The execution on February 7 of a Muslim on Alabama’s death row raises a number of legal and cultural questions about the religious rights of those condemned to death.
The case involved Domineque Ray, who converted to Islam in prison after being sentenced to death for slaying a 15-year-old girl in 1995. His case drew national attention because prison officials refused to allow his spiritual adviser, an imam, into the death chamber for the execution itself. Ray was given the choice—use the prison’s Christian chaplain or face execution alone.
When Ray realized that the prison was not going to allow his adviser to accompany him at death, he petitioned the U.S. District Court for the Middle District of Alabama for a stay of execution.
The court denied his request and upheld the prison’s decision to refuse his adviser into the execution chamber, which Ray claimed violated the Religious Land Use and Institutionalized Person Act and the Establishment Clause of the First Amendment to the U.S. Constitution. Ray appealed the District Court verdict to the Eleventh Circuit Court of Appeals, which granted a stay on February 6 to resolve Ray’s religious claims.
The next day, however, the Supreme Court of the United States granted a last-minute application to allow the state to move forward with Ray’s execution. This decision did not speak to the merits of Ray’s religious claims, but instead was a finding that Ray had not met the relevant filing deadline. A bare majority of the court voted to let his execution move forward—such that the state would kill Ray that very evening. A four-member dissent, led by Justice Elena Kagan, expressed dismay since Ray acted within five days of learning that the prison refused to let his adviser accompany him in the death chamber. Justice Kagan chastised the majority for deciding the issue with little briefing and no argument, “just so the State can meet its preferred execution date.”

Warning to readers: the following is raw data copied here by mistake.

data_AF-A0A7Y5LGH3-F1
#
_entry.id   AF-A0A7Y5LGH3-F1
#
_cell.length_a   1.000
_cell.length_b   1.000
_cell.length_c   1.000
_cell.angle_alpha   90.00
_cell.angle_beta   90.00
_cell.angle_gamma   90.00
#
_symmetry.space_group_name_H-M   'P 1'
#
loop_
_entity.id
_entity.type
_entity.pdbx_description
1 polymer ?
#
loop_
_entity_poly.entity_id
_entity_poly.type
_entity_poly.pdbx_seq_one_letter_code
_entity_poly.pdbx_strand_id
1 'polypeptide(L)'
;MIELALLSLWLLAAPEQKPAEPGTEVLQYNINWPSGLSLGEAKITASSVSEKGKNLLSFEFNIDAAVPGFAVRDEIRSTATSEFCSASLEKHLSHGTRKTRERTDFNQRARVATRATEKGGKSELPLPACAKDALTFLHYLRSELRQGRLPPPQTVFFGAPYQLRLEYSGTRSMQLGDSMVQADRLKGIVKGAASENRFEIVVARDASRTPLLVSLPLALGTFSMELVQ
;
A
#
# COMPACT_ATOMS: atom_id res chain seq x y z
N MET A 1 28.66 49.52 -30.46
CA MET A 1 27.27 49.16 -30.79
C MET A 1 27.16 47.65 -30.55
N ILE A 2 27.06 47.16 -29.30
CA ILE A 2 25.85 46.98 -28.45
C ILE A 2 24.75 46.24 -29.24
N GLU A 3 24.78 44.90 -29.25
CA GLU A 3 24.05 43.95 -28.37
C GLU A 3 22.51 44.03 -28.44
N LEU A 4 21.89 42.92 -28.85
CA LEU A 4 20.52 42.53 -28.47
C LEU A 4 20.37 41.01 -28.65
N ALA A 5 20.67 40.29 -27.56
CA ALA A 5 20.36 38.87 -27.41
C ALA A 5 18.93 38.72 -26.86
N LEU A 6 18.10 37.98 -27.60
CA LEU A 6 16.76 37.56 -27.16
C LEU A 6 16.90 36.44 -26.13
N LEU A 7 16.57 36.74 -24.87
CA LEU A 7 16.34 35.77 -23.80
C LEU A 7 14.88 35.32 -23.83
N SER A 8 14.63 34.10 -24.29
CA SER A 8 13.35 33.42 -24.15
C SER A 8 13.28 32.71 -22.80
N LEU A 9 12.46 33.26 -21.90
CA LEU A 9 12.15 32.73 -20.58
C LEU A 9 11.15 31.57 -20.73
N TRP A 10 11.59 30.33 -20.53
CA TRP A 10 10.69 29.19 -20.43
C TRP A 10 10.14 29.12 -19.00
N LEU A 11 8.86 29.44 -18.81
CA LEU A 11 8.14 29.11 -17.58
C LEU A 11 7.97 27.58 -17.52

Quoting Court precedent, the dissent underscored the legal issue surrounding Ray’s Establishment Clause claim and argued that one religious denomination cannot be officially preferred over another: “But the State’s policy does just that. Under that policy, a Christian prisoner may have a minister of his own faith accompany him into the execution chamber to say his last rites. But if an inmate practices a different religion—whether Islam, Judaism, or any other–he may not die with a minister of his own faith by his side.”
Justice Kagan noted that the state failed to show how the prison’s policy is narrowly tailored to serve a compelling state interest. She questioned pointedly whether disallowing Ray’s adviser would result in a security risk, and noted that the State offered no evidence to show that its prohibition on outside advisers was necessary to achieve the prison’s interest in security. She asks, “Why couldn’t Ray’s imam receive whatever training in execution protocol the Christian Chaplain received? The State has no answer. Why wouldn’t it be sufficient for the imam to pledge, under penalty of contempt, that he will not interfere with the State’s ability to perform the execution? The State doesn’t say. … That is not enough to support a denominational preference.”